Laurent Gaude's "House Of Scorta," winner of the prestigious Prix Goncourt Award in 2004 and originally published in French as "Le Soleil des Scorta," is an absorbing generational tale, as well as the story of a small village that changes little over the course of a hundred years. I have traveled throughout Sicily and Southern Italy - even to Corsica - and the tiny town of Montepuccio, the timeless setting for this novel, is so vividly portrayed, that reading about the place and its inhabitants brings back sights, sounds, even the heat and smells of lemons, olive oil, wildflowers, sage and the sea. I mention this first, because the author's extraordinary descriptions, luminous paintings with words, add so much texture and richness to the narrative, but tend to be overshadowed by the drama - the love, lust, crimes, sacrifices, idiosyncrasies and many secrets of the characters of "The House Of Scorta."
Beginning with a most serendipitous error in 1870, the House of Scrota was founded. A donkey and rider, male, enter the village during the scorching heat of summer. Tiny Montepuccio, "a small, white town, with houses huddled together on a high promontory overlooking the calm of the sea," is silent in the burning sun - it's inhabitants resting after their midday meals.
The man, Luciano Mascalzone, a bandit who makes his living on poaching, plundering and even highway robbery, is bent on revenge, muttering to himself, "If a single one of them tries to prevent me from passing, I'll crush him with my fist." As he passes through the town, he notices that nothing has changed since he was last there. "Same lousy streets. Same filthy houses." He dismounts in front of the Biscotti home and knocks at the door. A woman, about 40 years-old answers.
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Most Helpful Customer Reviews on Amazon.com (beta)
Amazon.com: 4.4 out of 5 stars  19 reviews
11 of 12 people found the following review helpful
4.0 out of 5 stars "'The last shall be first.' Let this be true in Montepuccio at least. Generation after generation." 1 Feb 2006
By Jana L. Perskie - Published on Amazon.com
Format:Hardcover
Laurent Gaude's "House Of Scorta," winner of the prestigious Prix Goncourt Award in 2004 and originally published in French as "Le Soleil des Scorta," is an absorbing generational tale, as well as the story of a small village that changes little over the course of a hundred years. I have traveled throughout Sicily and Southern Italy - even to Corsica - and the tiny town of Montepuccio, the timeless setting for this novel, is so vividly portrayed, that reading about the place and its inhabitants brings back sights, sounds, even the heat and smells of lemons, olive oil, wildflowers, sage and the sea. I mention this first, because the author's extraordinary descriptions, luminous paintings with words, add so much texture and richness to the narrative, but tend to be overshadowed by the drama - the love, lust, crimes, sacrifices, idiosyncrasies and many secrets of the characters of "The House Of Scorta."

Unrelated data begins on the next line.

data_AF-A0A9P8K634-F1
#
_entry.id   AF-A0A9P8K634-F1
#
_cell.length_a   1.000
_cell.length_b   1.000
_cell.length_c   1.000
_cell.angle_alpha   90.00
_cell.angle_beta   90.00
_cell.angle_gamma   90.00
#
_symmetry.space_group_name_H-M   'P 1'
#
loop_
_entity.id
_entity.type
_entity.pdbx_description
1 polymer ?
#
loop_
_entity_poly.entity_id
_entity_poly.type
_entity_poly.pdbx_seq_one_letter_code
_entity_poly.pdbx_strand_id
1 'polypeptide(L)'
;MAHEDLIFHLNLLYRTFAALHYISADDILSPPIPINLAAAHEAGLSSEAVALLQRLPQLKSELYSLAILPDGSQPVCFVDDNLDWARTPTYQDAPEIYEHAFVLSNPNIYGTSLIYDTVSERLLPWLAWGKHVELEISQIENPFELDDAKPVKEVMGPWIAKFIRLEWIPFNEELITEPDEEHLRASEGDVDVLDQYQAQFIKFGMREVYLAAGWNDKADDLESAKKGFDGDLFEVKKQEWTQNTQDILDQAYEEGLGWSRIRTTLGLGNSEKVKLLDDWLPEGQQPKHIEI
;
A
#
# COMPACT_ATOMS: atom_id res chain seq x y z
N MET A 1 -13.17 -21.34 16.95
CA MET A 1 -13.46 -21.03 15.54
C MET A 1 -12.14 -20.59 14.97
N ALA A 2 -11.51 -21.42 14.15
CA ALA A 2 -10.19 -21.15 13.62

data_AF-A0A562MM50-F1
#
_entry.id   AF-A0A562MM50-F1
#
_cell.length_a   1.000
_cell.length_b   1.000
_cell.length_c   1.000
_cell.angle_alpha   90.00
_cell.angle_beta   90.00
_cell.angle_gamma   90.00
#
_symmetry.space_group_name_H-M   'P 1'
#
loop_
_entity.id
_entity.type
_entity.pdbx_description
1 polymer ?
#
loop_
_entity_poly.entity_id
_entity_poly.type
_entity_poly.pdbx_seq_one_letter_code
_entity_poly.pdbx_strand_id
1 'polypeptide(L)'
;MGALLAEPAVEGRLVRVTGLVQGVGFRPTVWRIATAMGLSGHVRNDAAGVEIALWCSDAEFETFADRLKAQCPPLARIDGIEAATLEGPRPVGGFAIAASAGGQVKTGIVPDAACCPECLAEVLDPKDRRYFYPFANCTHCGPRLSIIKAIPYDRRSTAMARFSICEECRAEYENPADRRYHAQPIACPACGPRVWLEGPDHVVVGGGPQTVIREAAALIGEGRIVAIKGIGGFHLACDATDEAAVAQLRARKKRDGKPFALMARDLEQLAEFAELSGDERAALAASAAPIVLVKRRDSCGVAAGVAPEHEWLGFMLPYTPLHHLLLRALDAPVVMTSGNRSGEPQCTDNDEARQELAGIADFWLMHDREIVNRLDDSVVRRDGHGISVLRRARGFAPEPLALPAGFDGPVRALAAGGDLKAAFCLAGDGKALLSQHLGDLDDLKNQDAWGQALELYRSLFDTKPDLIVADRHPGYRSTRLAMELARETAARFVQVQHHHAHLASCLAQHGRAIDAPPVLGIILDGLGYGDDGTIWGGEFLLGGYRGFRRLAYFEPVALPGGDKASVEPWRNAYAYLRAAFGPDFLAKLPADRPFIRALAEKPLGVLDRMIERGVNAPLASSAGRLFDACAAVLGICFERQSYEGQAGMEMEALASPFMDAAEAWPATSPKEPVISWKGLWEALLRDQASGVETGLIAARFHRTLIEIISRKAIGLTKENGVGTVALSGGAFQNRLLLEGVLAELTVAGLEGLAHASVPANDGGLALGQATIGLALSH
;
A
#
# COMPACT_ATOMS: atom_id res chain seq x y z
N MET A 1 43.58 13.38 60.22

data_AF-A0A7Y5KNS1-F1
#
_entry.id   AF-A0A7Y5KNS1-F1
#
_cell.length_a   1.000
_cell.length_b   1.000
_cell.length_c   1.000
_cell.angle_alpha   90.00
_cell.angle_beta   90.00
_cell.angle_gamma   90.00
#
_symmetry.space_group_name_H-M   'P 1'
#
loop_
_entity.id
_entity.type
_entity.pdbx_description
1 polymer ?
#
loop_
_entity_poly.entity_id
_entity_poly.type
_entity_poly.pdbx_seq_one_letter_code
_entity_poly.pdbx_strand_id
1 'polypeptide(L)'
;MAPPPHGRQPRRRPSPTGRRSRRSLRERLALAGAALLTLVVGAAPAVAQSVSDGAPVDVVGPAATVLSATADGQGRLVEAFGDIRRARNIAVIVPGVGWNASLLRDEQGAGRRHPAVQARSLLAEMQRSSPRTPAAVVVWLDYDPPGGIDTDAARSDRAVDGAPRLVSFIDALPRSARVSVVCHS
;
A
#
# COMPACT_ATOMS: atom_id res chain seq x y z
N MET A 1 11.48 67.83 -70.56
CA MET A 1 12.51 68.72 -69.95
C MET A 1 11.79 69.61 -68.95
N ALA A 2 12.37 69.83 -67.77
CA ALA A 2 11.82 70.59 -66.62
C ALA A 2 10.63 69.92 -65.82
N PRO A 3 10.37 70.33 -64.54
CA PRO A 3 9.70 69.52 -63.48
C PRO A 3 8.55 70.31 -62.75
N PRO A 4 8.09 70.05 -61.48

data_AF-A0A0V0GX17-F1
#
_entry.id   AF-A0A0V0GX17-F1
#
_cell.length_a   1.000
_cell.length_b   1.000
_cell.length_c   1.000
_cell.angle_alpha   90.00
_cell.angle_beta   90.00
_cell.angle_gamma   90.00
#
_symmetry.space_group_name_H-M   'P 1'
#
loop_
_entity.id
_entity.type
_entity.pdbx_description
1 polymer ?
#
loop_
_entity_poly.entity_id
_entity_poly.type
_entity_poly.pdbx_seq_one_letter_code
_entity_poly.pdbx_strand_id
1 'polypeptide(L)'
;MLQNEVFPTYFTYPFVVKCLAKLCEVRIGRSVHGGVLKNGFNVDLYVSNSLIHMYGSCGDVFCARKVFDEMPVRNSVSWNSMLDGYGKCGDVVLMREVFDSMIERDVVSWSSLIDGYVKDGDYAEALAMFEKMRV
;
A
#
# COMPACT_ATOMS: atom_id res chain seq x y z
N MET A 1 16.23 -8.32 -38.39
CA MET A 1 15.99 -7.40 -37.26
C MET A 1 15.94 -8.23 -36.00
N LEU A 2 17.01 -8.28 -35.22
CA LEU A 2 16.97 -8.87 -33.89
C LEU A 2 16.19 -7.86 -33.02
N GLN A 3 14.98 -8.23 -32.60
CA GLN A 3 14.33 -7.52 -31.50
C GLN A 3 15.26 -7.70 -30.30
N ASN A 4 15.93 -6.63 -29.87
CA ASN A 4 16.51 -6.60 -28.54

Beginning with a most serendipitous error in 1870, the House of Scorta was founded. A donkey and rider, male, enter the village during the scorching heat of summer. Tiny Montepuccio, "a small, white town, with houses huddled together on a high promontory overlooking the calm of the sea," is silent in the burning sun - it's inhabitants resting after their midday meals.

The man, Luciano Mascalzone, a bandit who makes his living on poaching, plundering and even highway robbery, is bent on revenge, muttering to himself, "If a single one of them tries to prevent me from passing, I'll crush him with my fist." As he passes through the town, he notices that nothing has changed since he was last there. "Same lousy streets. Same filthy houses." He dismounts in front of the Biscotti home and knocks at the door. A woman, about 40 years-old answers. He thinks she is more beautiful than when he last saw her, 15 years before. She is his obsession. He is determined to rape her if she resists. She does not resist. She smiles. In his passion, he whispers "Filomena." He forgets all about vengeance in the sweetness of the moment.

Although it didn't change the pleasure of their first and only union, the woman Luciano made love to - and he did make love to her - was not Filomena, but her sister, Immacolata. She had thought of Mascalzone from the time he unsuccessfully courted her sister, during the fifteen years he spent in jail, long after Filomena died. Immacolata's most memorable moment of happiness became the brief period when she and Luciano were together and she was, "for once in her life, a man's woman." Luciano paid for fulfilling his fantasy - even if it was with the wrong woman - with his life. The villagers stoned him to death. Of this union between Mascalzone and the forty year-old virgin, a son was born.